expression of scornful pride, a bitter smile, a glance of inspiration,
and that 'something'--mysterious, demonic, fateful--that was essential
to our conception of the muse, the muse of Byron, who at that time held
sovereign sway over men's fancies. There was nothing of that kind to be
discerned in the face of the girl who came in. Had I been a little older
and more experienced I should probably have paid more attention to her
eyes, which were small and deep-set, with full lids, but dark as agate,
alert and bright, a thing rare in fair-haired people. Poetical
tendencies I should not have detected in their rapid, as it were
elusive, glance, but hints of a passionate soul, passionate to
self-forgetfulness. But I was very young then.

I held out my hand to Musa Pavlovna--she did not give me hers--she did
not notice my movement; she sat down on the chair Tarhov placed for her,
but did not take off her hat and cape.

She was, obviously, ill at ease; my presence embarrassed her. She
drew deep breaths, at irregular intervals, as though she were
gasping for air.

'I've only come to you for one minute, Vladimir Nikolaitch,' she
began--her voice was very soft and deep; from her crimson, almost
childish lips, it seemed rather strange;--'but our madame would not let
me out for more than half an hour. You weren't well the day before
yesterday ... and so, I thought ...'

She stammered and hung her head. Under the shade of her thick, low brows
her dark eyes darted--to and fro--elusively. There are dark, swift,
flashing beetles that flit so in the heat of summer among the blades of
dry grass.

'How good you are, Musa, Musotchka!' cried Tarhov. 'But you must stay,
you must stay a little.... We'll have the samovar in directly.'

'Oh no, Vladimir Nikolaevitch! it's impossible! I must go away
this minute.'

'You must rest a little, anyway. You're out of breath.... You're tired.'

'I'm not tired. It's ... not that ... only ... give me another book;
I've finished this one.' She took out of her pocket a tattered grey
volume of a Moscow edition.

'Of course, of course. Well, did you like it? _Roslavlev_,' added
Tarhov, addressing me.

'Yes. Only I think _Yury Miloslavsky_ is much better. Our madame is very
strict about books. She says they hinder our working. For, to her
thinking ...'

'But, I say, _Yury Miloslavsky_'s not equal to Pushkin's _Gipsies_? Eh?
Musa Pavlovna?' Tarhov broke in with a smile.

'No, indeed! The _Gipsies_ ...' she murmured slowly. 'Oh yes, another
thing, Vladimir Nikolaitch; don't come to-morrow ... you know where.'

'Why not?'

'It's impossible.'

'But why?'

The girl shrugged her shoulders, and all at once, as though she had
received a sudden shove, got up from her chair.

'Why, Musa, Musotchka,' Tarhov expostulated plaintively. 'Stay a

'No, no, I can't.' She went quickly to the door, took hold of the

'Well, at least, take the book!'

'Another time.'

Tarhov rushed towards the girl, but at that instant she darted out of
the room. He almost knocked his nose against the door. 'What a girl!
She's a regular little viper!' he declared with some vexation, and then
sank into thought.

I stayed at Tarhov's. I wanted to find out what was the meaning of it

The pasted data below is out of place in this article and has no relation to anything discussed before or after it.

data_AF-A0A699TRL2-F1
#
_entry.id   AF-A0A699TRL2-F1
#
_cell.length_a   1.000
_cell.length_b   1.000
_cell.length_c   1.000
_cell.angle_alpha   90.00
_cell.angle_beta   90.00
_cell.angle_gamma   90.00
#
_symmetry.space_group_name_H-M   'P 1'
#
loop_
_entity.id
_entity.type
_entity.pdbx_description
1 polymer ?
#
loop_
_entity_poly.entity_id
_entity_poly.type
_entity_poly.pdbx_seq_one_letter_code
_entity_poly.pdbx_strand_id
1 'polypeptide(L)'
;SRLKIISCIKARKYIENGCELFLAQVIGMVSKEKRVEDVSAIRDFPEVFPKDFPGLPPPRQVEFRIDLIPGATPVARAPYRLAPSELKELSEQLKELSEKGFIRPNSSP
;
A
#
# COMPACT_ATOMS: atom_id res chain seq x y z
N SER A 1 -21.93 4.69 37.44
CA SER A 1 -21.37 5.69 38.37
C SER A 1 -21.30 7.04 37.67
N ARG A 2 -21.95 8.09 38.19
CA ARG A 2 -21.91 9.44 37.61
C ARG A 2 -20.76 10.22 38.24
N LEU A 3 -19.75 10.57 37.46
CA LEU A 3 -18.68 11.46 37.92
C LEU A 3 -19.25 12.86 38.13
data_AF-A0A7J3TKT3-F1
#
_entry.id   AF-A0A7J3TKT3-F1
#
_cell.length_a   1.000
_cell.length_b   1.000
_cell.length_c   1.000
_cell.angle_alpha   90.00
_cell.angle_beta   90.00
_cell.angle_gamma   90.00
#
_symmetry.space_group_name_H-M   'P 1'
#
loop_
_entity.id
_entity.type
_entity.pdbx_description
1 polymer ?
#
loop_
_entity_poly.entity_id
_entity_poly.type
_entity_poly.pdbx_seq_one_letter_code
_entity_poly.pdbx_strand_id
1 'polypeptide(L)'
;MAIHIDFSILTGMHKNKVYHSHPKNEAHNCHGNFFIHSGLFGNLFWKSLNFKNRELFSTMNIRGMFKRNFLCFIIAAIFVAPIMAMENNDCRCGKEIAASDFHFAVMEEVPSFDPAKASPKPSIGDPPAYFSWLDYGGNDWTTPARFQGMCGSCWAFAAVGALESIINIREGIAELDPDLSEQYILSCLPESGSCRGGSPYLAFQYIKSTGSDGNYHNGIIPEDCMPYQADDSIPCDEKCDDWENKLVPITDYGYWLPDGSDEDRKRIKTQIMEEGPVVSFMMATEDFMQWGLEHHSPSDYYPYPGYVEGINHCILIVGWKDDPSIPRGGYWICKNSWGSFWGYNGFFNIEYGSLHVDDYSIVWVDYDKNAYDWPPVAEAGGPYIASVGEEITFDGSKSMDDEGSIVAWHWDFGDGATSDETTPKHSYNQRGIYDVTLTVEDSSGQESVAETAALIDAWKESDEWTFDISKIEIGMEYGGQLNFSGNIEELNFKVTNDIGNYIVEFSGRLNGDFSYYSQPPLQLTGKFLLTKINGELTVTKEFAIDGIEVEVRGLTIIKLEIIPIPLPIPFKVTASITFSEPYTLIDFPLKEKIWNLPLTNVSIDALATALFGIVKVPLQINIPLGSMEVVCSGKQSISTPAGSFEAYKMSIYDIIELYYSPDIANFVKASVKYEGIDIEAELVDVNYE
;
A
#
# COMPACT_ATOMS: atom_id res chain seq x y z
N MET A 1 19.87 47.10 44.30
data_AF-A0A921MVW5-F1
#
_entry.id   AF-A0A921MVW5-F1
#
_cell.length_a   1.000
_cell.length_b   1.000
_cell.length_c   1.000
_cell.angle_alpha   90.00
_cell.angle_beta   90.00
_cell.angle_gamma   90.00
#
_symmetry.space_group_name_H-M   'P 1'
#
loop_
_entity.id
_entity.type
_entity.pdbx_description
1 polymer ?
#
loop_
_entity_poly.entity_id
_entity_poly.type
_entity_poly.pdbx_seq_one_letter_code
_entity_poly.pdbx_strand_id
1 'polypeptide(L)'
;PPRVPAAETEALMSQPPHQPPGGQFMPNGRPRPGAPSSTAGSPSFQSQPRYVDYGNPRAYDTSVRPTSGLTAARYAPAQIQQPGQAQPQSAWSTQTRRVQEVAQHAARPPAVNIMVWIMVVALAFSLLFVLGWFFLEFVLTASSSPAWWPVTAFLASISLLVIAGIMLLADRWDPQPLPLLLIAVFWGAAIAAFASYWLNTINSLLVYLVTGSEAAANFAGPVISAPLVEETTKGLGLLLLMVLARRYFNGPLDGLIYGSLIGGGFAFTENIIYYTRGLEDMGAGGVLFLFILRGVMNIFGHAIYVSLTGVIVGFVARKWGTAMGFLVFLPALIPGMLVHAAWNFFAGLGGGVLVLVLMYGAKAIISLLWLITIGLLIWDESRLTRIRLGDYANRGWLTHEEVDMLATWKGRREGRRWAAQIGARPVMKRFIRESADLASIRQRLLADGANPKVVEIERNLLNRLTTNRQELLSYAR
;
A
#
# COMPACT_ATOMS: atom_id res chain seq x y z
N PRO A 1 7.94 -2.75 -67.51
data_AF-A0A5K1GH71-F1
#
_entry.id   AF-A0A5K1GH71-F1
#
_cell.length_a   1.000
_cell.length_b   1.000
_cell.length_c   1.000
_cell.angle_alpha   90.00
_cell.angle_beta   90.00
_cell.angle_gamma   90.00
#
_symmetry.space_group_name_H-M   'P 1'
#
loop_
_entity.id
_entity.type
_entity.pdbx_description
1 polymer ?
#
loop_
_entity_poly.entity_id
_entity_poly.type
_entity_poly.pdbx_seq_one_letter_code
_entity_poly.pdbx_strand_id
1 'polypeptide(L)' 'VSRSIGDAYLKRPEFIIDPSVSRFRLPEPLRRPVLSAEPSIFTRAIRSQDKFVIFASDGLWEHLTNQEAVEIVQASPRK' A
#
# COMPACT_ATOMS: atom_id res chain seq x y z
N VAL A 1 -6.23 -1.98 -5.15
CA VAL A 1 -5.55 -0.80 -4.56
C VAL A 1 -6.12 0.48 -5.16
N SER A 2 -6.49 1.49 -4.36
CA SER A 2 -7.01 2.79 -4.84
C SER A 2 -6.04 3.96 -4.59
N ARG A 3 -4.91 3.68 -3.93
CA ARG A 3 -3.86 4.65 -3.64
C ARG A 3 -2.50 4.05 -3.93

all. Tarhov was not disposed to be reserved. He told me that the girl
was a milliner; that he had seen her for the first time three weeks
before in a fashionable shop, where he had gone on a commission for his
sister, who lived in the provinces, to buy a hat; that he had fallen in
love with her at first sight, and that next day he had succeeded in
speaking to her in the street; that she had herself, it seemed, taken
rather a fancy to him.

'Only, please, don't you suppose,' he added with warmth,--'don't you
imagine any harm of her. So far, at any rate, there's been nothing of
that sort between us.

'Harm!' I caught him up; 'I've no doubt of that; and I've no doubt
either that you sincerely deplore the fact, my dear fellow! Have
patience--everything will come right'

'I hope so,' Tarhov muttered through his teeth, though with a laugh.
'But really, my boy, that girl ... I tell you--it's a new type, you
know. You hadn't time to get a good look at her. She's a shy thing!--oo!
such a shy thing! and what a will of her own! But that very shyness is
what I like in her. It's a sign of independence! I'm simply over head
and ears, my boy!'

Tarhov fell to talking of his 'charmer,' and even read me the beginning
of a poem entitled: 'My Muse.' His emotional outpourings were not quite
to my taste. I felt secretly jealous of him. I soon left him.

* * * * *

A few days after I happened to be passing through one of the arcades of
the Gostinny Dvor. It was Saturday; there were crowds of people
shopping; on all sides, in the midst of the pushing and crushing, the
shopmen kept shouting to people to buy. Having bought what I wanted, I
was thinking of nothing but getting away from their teasing importunity
as soon as possible--when all at once I halted involuntarily: in a fruit
shop I caught sight of my comrade's charmer--Musa, Musa Pavlovna! She
was standing, profile to me, and seemed to be waiting for something.
After a moment's hesitation I made up my mind to go up to her and speak.
But I had hardly passed through the doorway of the shop and taken off my